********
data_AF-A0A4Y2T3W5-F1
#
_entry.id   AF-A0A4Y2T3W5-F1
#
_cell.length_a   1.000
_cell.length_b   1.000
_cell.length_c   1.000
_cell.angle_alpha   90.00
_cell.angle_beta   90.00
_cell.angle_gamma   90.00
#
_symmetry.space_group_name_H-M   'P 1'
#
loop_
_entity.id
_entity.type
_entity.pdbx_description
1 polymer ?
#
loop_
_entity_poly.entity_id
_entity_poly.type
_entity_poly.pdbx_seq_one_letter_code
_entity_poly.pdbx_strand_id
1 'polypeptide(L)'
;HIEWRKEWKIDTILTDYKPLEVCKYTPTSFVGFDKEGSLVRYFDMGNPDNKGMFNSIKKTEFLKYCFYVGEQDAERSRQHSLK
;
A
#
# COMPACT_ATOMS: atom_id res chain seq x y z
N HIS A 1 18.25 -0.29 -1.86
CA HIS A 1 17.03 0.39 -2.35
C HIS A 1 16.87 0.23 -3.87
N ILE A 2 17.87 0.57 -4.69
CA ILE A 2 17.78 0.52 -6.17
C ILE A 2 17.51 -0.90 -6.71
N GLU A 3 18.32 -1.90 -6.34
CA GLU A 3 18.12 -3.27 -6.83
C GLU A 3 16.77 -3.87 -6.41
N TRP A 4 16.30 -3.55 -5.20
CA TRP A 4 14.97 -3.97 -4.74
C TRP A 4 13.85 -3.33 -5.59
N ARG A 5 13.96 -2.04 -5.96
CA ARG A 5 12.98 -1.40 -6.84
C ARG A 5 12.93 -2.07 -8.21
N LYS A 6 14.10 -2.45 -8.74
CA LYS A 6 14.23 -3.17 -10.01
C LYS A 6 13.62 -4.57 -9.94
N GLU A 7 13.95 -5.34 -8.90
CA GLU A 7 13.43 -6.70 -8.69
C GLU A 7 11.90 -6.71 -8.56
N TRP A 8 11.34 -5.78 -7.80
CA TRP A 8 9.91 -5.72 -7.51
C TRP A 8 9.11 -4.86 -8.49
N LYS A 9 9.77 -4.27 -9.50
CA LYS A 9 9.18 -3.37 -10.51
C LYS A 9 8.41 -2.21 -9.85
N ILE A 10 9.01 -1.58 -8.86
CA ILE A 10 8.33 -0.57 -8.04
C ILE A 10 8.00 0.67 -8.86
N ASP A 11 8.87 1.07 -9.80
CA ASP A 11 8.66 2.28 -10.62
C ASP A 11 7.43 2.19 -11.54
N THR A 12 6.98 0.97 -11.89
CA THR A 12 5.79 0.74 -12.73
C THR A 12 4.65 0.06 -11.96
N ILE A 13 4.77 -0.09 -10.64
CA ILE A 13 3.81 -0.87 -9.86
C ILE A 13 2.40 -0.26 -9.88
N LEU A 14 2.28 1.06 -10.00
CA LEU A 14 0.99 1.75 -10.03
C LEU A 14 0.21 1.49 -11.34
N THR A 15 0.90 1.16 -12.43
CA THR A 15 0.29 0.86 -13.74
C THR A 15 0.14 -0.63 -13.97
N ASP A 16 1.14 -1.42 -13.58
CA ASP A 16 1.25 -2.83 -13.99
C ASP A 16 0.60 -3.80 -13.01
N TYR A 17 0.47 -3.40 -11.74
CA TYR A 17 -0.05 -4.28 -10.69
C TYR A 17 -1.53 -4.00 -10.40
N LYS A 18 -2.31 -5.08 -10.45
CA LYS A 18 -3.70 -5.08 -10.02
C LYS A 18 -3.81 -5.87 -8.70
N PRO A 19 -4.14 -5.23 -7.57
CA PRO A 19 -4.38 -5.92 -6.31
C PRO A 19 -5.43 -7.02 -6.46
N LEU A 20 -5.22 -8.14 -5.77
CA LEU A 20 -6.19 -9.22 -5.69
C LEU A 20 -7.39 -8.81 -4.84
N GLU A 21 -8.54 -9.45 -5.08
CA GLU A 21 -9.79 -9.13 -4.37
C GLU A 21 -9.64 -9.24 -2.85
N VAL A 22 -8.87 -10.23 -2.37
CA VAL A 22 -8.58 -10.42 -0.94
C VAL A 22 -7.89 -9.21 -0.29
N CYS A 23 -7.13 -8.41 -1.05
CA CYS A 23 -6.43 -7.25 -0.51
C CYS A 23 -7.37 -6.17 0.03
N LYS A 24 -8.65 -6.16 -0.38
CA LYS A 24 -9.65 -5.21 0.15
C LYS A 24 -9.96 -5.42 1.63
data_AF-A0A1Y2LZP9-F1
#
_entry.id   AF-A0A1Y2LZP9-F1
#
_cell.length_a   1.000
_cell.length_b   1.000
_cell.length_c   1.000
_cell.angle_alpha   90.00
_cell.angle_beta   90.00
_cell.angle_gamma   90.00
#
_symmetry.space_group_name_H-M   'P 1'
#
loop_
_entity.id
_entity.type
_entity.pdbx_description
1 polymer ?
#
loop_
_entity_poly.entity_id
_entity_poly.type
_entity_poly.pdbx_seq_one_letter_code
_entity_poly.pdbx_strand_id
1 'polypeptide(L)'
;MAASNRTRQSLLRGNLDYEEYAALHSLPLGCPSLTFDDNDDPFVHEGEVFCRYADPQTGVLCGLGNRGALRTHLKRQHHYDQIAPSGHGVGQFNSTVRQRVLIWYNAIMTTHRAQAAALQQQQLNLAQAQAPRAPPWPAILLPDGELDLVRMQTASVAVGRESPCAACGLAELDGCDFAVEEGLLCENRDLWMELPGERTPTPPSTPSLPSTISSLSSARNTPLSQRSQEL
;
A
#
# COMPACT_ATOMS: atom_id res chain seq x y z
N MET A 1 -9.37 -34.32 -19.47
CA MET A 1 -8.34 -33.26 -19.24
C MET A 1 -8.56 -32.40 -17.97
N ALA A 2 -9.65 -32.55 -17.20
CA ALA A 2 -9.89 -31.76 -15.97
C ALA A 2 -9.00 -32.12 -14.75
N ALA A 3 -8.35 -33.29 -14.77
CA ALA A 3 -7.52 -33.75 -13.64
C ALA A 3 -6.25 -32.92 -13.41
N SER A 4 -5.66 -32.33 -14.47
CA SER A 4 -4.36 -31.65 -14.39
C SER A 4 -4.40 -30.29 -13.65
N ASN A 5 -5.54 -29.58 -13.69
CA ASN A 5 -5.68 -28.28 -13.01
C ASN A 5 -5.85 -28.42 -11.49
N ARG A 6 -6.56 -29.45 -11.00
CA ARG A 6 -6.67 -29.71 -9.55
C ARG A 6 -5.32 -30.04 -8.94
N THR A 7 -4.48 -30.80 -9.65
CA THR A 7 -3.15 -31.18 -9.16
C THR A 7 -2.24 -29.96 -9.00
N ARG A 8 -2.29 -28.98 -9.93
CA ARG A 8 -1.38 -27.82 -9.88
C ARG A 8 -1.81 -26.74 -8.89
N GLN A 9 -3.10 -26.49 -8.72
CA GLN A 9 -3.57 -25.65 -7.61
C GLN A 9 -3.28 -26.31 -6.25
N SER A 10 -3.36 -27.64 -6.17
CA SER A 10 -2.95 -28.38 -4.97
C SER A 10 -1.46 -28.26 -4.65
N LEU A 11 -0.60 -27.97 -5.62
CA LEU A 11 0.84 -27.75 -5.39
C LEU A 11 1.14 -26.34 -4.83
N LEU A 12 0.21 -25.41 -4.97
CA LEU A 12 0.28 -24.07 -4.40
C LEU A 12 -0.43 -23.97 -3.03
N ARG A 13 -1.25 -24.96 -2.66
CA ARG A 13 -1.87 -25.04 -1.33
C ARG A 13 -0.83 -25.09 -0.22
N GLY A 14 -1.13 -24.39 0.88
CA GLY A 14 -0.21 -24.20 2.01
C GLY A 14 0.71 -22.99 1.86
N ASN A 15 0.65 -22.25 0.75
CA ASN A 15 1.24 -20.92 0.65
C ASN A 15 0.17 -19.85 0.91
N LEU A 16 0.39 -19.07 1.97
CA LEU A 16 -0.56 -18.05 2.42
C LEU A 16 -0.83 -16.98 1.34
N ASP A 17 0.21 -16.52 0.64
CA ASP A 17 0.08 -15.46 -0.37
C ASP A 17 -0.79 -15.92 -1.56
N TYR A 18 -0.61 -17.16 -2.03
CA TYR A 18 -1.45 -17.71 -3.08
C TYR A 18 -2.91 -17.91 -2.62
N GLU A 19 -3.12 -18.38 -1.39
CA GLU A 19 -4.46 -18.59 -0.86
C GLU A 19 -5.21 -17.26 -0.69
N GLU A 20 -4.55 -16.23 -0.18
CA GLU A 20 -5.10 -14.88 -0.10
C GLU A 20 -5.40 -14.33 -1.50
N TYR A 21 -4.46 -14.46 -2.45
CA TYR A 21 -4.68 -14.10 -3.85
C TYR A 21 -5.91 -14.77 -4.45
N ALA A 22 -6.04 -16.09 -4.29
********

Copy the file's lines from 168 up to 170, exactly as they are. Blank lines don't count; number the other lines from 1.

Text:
C LEU A 12 -0.43 -23.97 -3.03
N ARG A 13 -1.25 -24.96 -2.66
CA ARG A 13 -1.87 -25.04 -1.33